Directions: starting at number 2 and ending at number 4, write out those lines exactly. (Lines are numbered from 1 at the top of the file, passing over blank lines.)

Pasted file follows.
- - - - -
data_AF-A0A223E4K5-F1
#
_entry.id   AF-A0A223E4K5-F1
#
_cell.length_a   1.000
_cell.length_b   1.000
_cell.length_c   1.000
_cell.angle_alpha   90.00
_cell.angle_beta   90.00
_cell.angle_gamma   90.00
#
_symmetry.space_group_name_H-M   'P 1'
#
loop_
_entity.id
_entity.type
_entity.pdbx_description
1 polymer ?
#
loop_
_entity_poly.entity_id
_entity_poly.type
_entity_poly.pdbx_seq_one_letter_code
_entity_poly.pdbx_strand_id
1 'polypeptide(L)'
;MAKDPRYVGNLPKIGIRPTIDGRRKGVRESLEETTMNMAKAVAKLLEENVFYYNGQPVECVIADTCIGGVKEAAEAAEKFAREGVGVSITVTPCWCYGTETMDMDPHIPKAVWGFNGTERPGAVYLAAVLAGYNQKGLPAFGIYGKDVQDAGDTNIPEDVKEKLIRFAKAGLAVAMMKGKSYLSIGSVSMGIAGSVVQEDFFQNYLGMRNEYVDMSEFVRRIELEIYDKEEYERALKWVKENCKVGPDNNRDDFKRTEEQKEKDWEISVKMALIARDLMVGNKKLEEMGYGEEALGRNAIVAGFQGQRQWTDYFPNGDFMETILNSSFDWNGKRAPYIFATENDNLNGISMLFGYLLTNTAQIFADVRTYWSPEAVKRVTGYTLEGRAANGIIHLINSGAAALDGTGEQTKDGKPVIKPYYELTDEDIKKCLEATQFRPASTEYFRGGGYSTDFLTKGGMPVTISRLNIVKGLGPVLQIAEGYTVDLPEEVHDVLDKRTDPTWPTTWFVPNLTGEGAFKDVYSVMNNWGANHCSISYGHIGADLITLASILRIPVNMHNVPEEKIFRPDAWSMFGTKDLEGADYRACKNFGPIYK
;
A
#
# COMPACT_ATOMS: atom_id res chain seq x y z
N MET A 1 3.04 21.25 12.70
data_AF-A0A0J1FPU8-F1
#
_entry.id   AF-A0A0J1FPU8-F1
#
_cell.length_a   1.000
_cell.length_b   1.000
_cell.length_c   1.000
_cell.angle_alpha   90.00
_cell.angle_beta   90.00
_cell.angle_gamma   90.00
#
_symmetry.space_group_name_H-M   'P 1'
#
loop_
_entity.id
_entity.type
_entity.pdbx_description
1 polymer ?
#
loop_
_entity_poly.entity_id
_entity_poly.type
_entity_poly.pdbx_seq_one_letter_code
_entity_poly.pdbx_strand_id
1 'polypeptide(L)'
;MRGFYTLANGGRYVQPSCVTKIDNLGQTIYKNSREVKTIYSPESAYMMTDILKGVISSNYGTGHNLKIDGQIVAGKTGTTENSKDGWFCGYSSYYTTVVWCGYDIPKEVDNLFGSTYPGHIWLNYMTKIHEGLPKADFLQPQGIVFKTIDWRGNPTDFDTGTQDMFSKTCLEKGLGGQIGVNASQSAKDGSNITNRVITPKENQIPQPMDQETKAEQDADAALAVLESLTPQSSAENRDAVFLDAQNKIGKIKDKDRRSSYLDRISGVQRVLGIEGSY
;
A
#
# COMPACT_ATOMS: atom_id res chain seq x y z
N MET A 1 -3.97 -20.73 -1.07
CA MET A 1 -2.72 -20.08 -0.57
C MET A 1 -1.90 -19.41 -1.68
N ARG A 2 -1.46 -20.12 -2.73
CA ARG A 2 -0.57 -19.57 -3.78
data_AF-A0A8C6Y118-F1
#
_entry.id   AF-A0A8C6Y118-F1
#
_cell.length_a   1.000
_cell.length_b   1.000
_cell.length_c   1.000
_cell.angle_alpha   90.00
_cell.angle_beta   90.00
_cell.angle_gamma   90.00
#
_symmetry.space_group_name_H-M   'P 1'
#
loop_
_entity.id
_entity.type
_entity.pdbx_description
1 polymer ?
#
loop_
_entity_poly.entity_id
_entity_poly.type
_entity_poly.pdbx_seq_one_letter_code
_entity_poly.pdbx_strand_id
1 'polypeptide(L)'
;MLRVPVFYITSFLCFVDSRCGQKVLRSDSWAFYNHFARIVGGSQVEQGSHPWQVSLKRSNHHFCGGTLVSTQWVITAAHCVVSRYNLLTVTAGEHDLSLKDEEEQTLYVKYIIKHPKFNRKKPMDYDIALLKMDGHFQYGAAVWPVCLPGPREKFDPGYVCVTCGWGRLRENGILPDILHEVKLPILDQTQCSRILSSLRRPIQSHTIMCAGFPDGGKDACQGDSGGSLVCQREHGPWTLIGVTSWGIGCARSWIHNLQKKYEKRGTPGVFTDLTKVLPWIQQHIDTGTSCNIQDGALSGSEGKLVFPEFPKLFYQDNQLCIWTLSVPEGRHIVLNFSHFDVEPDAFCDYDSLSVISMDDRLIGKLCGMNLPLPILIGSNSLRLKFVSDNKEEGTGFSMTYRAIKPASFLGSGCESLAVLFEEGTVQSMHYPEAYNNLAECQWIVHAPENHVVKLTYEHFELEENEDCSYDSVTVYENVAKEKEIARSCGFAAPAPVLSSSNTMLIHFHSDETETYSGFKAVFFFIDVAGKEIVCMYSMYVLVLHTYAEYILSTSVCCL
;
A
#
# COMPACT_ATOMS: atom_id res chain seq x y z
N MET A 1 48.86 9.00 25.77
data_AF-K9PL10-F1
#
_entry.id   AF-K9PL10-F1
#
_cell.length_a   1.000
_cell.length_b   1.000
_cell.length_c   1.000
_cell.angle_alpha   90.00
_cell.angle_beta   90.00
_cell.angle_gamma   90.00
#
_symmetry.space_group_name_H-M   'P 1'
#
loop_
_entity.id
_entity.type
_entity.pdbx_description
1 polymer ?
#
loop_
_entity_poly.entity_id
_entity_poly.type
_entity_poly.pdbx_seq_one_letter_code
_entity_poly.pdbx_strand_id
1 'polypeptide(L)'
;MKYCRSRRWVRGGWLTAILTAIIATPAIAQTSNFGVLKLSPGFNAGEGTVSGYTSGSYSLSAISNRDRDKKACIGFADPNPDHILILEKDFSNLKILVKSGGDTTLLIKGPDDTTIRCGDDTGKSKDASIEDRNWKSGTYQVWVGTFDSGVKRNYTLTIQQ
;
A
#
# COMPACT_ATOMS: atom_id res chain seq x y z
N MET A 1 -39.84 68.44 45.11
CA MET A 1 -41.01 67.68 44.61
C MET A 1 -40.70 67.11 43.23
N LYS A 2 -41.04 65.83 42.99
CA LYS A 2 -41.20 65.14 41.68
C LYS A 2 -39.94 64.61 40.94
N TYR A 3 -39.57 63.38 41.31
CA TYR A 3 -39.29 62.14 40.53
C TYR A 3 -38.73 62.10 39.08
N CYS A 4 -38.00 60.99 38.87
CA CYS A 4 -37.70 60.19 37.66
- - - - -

#
_entry.id   AF-A0A223E4K5-F1
#